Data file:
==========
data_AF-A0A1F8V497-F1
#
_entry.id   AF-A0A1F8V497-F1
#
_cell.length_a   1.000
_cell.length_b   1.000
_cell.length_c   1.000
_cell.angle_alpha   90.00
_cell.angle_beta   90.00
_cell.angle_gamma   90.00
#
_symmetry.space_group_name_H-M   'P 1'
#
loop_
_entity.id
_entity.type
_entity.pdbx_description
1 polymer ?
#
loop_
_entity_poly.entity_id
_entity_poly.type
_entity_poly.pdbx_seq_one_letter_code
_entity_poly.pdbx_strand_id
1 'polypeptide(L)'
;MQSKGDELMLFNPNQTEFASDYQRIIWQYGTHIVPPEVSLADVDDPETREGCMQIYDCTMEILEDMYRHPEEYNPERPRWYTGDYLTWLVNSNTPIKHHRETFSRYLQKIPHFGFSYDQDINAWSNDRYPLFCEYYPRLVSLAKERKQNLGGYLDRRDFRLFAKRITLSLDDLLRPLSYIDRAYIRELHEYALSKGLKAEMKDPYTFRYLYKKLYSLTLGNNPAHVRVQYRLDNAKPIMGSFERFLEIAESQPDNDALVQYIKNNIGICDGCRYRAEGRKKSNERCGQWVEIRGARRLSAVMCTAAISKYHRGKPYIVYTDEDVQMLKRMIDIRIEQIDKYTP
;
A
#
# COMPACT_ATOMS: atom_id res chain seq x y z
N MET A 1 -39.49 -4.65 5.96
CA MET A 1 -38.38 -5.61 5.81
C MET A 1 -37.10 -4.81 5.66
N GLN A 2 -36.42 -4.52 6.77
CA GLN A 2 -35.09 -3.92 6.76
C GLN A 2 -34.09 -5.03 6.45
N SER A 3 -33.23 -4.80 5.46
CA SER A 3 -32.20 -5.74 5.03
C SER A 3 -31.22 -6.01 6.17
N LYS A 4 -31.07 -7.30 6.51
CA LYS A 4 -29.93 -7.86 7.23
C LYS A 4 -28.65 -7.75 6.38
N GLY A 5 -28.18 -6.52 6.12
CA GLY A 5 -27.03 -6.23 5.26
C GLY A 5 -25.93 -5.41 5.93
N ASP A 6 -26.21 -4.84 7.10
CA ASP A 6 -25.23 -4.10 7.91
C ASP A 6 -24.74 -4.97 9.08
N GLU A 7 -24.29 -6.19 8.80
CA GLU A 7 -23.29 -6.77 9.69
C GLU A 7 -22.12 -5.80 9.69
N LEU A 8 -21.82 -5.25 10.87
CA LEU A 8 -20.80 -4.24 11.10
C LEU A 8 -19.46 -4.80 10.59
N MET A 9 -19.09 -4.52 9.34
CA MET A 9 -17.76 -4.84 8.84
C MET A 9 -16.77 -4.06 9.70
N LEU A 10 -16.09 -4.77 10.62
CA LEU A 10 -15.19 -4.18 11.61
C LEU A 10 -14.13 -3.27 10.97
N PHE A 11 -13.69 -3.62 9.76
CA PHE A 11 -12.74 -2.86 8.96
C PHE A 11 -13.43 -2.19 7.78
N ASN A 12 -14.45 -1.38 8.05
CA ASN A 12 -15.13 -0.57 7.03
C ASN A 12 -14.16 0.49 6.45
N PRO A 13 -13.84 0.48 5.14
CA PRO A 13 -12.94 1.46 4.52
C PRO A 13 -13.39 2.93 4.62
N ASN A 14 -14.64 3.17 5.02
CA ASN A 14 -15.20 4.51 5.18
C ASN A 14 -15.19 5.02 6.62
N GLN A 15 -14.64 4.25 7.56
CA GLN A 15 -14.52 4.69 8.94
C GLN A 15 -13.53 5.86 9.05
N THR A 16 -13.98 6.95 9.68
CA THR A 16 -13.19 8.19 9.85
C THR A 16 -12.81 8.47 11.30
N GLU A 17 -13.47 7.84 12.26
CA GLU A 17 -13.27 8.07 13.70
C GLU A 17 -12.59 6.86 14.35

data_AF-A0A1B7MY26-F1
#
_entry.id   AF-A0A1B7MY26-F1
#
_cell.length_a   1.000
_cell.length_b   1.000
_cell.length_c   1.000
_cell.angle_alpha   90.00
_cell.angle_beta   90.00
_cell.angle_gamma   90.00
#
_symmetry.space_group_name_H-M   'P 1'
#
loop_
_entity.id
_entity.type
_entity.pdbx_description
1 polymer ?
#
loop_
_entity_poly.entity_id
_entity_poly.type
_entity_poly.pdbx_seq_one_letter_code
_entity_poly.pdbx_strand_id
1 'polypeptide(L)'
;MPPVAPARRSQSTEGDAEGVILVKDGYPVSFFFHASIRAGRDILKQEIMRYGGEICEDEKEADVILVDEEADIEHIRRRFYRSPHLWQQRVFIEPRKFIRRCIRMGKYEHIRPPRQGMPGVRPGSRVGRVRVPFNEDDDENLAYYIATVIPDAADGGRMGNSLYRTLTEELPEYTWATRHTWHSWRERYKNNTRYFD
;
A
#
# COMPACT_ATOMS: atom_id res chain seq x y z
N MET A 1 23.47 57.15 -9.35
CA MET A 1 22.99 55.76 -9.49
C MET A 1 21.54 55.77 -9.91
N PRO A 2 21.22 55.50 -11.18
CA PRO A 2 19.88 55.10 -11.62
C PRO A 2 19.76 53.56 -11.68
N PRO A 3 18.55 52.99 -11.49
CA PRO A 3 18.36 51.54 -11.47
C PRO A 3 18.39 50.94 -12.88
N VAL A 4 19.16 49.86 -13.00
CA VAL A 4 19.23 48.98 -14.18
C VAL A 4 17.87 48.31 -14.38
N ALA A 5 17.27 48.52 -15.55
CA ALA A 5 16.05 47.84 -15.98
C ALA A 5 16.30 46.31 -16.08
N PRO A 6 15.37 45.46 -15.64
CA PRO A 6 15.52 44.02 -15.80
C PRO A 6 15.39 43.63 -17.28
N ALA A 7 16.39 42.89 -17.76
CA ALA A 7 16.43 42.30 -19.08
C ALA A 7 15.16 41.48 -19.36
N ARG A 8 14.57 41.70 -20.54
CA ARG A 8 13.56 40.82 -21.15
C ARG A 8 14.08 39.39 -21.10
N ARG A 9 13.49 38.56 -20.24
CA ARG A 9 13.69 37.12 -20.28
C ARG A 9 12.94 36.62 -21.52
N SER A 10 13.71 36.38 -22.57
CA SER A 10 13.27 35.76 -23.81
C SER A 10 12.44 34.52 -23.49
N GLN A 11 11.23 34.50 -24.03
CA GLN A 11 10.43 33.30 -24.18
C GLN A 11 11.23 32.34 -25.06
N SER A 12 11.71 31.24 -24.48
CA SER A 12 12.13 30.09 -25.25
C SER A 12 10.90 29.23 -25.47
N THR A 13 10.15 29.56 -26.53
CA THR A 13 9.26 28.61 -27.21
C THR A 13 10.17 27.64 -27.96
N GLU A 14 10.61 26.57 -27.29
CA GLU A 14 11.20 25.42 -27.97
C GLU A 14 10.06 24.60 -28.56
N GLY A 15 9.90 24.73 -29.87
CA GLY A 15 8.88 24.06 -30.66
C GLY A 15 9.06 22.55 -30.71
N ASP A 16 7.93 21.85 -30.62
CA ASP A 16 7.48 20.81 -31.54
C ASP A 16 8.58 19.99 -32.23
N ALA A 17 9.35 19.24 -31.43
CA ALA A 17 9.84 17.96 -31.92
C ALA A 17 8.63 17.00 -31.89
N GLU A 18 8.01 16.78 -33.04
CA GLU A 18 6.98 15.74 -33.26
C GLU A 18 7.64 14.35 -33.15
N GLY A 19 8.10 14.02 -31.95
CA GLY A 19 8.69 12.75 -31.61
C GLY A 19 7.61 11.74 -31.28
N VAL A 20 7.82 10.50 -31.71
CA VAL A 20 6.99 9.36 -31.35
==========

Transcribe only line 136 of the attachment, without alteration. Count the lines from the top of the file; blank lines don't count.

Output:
N ARG A 9 13.49 38.56 -20.24